Follow Melissa on LinkedIn. Sign up to get new Work Well articles.
Do you like your job?
According to a Gallup study, a shockingly small number of US employees—only 30%—feel engaged with their day jobs. That means the vast majority are either passively disengaged or completely detached from their work.
Sure, they may still come into work every day and hit their KPIs, but that doesn’t mean that they feel as engaged or passionate about their work as their teammates. Although, since they’re getting their work done and making deadlines, does it really matter?
Causes of Disengagement
The quick answer is yes. But that doesn’t make for a very interesting article.
Let’s take a closer look.
First, it’s important that we understand why employees feel disengaged and unhappy with their work. Once we understand the causes behind it, finding a way to energize and engage your team will be much more clear.
Employees can feel disengaged with their work for a variety of reasons, but these are often the most significant:
They feel uninspired by their work. Employees who feel disengaged at work lack a personal connection to the impact that they’re having within their organization. They feel detached from the end result that they’re producing.
They don't feel recognized for their contributions. Disengagement and unhappiness can often trickle down from a higher level. If an employee feels that they’re not being adequately recognized for the work that they’re putting in, this can quickly lead to disillusionment with the entire organization.
They don’t see opportunities for growth. This can mean different things to different people. An absence of opportunities for personal growth through new challenges or professional growth through a well-defined career path can leave employees feeling that their current role is a short-term solution and that there is no future for them with their company.
The goal is unclear. On some level you need to believe in what you’re doing. Your team needs clearly defined objectives and needs to be excited about the problems that they’re solving. Only 41% of US employees can identify what their company stands for in relation to its competitors.
The Impact on Your Organization
If your team doesn’t believe in the work that they’re doing, your company will suffer. Full stop.
Engaged employees are the lifeblood of a healthy organization
Employees that believe in the goal of their work, feel connected to their output, and are on a clear path towards growth will push your entire company forward. They’ll be responsible for your most innovative and strategic moves. Their passion for their work will help them identify key opportunities and always be striving to push the envelope on what is possible for your organization.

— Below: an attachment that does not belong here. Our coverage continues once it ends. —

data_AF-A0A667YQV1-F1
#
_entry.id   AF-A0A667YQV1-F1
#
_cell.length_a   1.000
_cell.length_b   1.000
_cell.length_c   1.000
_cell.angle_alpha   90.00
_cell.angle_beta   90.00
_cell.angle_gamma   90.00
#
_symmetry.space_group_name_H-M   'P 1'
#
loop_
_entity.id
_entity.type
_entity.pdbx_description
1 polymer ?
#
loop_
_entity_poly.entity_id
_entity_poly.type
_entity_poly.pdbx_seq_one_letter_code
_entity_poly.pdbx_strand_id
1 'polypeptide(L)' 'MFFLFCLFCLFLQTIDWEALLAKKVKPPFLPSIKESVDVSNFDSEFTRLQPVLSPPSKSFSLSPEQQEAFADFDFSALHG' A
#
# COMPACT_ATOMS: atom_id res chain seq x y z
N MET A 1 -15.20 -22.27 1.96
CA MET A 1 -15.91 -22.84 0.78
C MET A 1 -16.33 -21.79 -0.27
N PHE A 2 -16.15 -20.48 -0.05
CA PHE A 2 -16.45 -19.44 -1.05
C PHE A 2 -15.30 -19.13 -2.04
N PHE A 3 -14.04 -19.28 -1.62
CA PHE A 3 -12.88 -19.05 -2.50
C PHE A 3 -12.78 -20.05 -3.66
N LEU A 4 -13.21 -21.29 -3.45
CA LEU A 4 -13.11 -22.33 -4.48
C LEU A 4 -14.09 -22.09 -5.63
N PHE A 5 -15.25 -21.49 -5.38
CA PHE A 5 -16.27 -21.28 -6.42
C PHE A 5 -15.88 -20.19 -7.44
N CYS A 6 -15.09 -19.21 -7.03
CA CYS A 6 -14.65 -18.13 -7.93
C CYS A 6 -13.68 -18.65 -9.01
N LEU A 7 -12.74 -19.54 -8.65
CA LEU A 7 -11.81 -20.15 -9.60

Disengaged employees are sleepwalkers
They’re going through the motions; clocking in and clocking out, but never really having a significant impact on your team as a whole. While they may have once been all-stars, the drop in their productivity will be massive if they’ve lost their spark.
The effects don’t stop there either. Disengaged employees can spread their unhappiness to those around them, bringing down the productivity of top performers in the process.
Unhappy employees hurt your bottom line
So we’ve established that employee happiness is important for maintaining a productive and healthy internal culture, but what about revenue? According to another study published by Gallup, employee disengagement is costing companies in the US over $450 billion annually.
Here are some of the ways that unhappy employees are impacting your business:
Inefficiency. They’re space wasters, taking up space and missing out on potential growth and opportunities.
Toxicity. They are sharing their dissatisfaction with your other employees whether it's vocal or not. It sets the tone and it's contagious.
Attrition. Some sources estimate attrition can cost you 50% to 75% of an employee’s annual salary, or potentially even more. Not to mention the time and resources associated with onboarding and training.
Finding a Way Forward
Bringing your team back to life can take on many forms. Maybe it involves creating new initiatives that focus on their health and happiness, or engaging your workforce through transparency and openness.
Work closely with your team to identify the root cause of their disengagement. Find the gaps that you can fill to help them get back on track.
Ultimately, employee engagement can have a far greater impact on performance than things like benefits or perks. Helping a team care about their work might be the smartest business move you’ve ever made.
Want more articles just like this one? Sign up here to get them delivered right to you.